Barb - May 3, 2010 Reply

    I agree with Scott. This is one of the most realistic and affordable tiny houses that I’ve seen yet.

    Good work. Beautiful. Small living needn’t be frumpy. You must be very proud.

John P - April 28, 2010 Reply

Great use of space! I’d sure like to see a floor plan!

Brian - April 28, 2010 Reply

Very nice.

Bugler - April 28, 2010 Reply

I’m always interested in low-cost designs. This is just beautifully done. Congratulations!

Louise - April 28, 2010 Reply

Very appealing! Thanks for writing it up and sharing your photos.

Nik - April 28, 2010 Reply

Kathi, your house looks wonderful! Any chance for a floorplan, and maybe a detailed supply list with prices? I’d love to know more about your place.

Mark A - April 28, 2010 Reply

Gorgeous home.

Would love to see plans for it also.

Thanks for sharing.

Kent Griswold - April 28, 2010 Reply

I asked Kathi for a floor plan and she was unable to get it for me due to a software issue. I will see if I can get one somehow in the future.

smudger - April 28, 2010 Reply

This is so pretty—well done!

I too would like to see a floor plan–even a basic sketch. Can visualize the downstairs pretty easily, but would appreciate seeing the particulars of the upstairs.

Were you able to accommodate a washer/dryer? Thinking the closet the stairs wrap around would work fine for a stacking unit.

Thanks for sharing this with us.

    Kathi - April 29, 2010 Reply

    The double bifold doors in front of the closet just barely fit the height available – so the closet isn’t tall enough for a stacking W/D. I had thought about it but opted for a separate building but that means I wash only with cold water. The best thing would probably be to expand the house by 4′ (those siding and sheathing dimensions) and working the W/D into the kitchen bath area.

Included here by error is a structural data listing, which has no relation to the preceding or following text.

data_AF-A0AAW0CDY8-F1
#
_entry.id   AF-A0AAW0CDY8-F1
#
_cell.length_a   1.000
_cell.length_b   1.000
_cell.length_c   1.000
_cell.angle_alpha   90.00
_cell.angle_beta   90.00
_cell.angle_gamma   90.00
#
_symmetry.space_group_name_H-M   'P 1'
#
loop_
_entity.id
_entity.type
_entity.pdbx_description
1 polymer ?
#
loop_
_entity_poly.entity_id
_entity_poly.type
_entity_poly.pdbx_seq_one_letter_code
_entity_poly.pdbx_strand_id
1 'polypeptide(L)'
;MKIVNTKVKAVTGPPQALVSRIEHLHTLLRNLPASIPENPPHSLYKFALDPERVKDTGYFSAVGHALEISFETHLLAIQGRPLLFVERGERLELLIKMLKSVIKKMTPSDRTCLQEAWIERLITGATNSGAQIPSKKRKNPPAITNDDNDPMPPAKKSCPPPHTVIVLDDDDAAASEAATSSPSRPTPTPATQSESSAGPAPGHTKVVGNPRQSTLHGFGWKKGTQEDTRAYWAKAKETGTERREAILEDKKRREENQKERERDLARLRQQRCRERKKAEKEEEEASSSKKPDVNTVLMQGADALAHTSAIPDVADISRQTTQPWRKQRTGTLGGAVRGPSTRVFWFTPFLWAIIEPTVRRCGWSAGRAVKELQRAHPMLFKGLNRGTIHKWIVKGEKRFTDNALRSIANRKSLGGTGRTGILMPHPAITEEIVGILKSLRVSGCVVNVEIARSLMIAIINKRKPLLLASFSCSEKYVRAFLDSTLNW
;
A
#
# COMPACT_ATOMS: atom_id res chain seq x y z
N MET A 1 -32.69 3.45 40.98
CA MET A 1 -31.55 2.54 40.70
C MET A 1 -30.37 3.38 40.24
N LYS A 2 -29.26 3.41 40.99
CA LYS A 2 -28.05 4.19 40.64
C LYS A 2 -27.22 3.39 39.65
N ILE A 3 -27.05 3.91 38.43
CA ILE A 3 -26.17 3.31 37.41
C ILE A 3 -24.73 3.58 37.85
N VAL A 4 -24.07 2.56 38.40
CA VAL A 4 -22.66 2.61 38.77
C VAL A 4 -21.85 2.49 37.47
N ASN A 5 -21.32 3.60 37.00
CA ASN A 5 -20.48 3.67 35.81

Kent Griswold - April 28, 2010 Reply

Just a reminder that Michael Janzen is working on completing his plans for a very similar design and you can view the video that is a preview of the plans by following this link:

http://www.tinyhousedesign.com/2010/03/27/12×24-tiny-house-preview-video/

    Kathi - April 29, 2010 Reply

    It is very similar, slightly larger. He uses trusses instead of a beam and rafters but the same configuration of a bird’s eye notch at the top plate. A comment I would have to contribute because of my research while designing; he shows a wood stove in the animation. This was what I had planned until I saw that a relatively inexpensive woodstove needs 3′ of clearance to the wall and other things like couches so it took up an enormous part of the small space. You could get better woodstoves but they cost a fortune which negated the whole purpose. Since getting electricity to the house wasn’t a problem, the woodstove option was canned. Just do the homework before you finalize!

    Kathi - April 29, 2010 Reply

    Oh, one more thing about building the sides in 2 pieces, I did the same thing on the first side because I was afraid we couldn’t raise it. There can be a huge difference in spruce versus wet pine and we had spruce. Although his design is 4′ longer, it would still be pretty easy if you have 4 or 5 people like we did. There was more to steadying and bracing than lifting. We assembled and raised the second side in one piece with no problems.

    Stephanie Skelly - August 4, 2017 Reply

    Looks like this link is broken. :'(

Kay in KCMO - April 28, 2010 Reply

This looks very homey, comfortable and completely live-able. Great job! And the cost! Wow!! Great forward-thinking about future solar, also.

I’m completely unfamiliar with the heat panels. Would like to know how many per room, where they’re situated, if they’re efficient, all that good stuff.

Also, what sort of insulation was used and how was the floor insulated? It can get pretty cold in northern Georgia, iirc.

Thanks for sharing this!

    Kathi - April 29, 2010 Reply

    The floor is insulated with leftover R19 for about half and the rest is R-13 left over and then almost completely covered with tyvek (from dumpster diving at construction sites). Each heat panel is supposed to be good for 100sf. They list the convection as being 90% and radiant as 10% but it seems much more radiant so I found I put two of them downstairs and one upstairs (only used during below freezing temps) to stay comfortable – I like cooler sleeping temps and spend much more time downstairs or outside.

Cheryl - April 29, 2010 Reply

I loved this. I agree with above comments.

Curt - April 29, 2010 Reply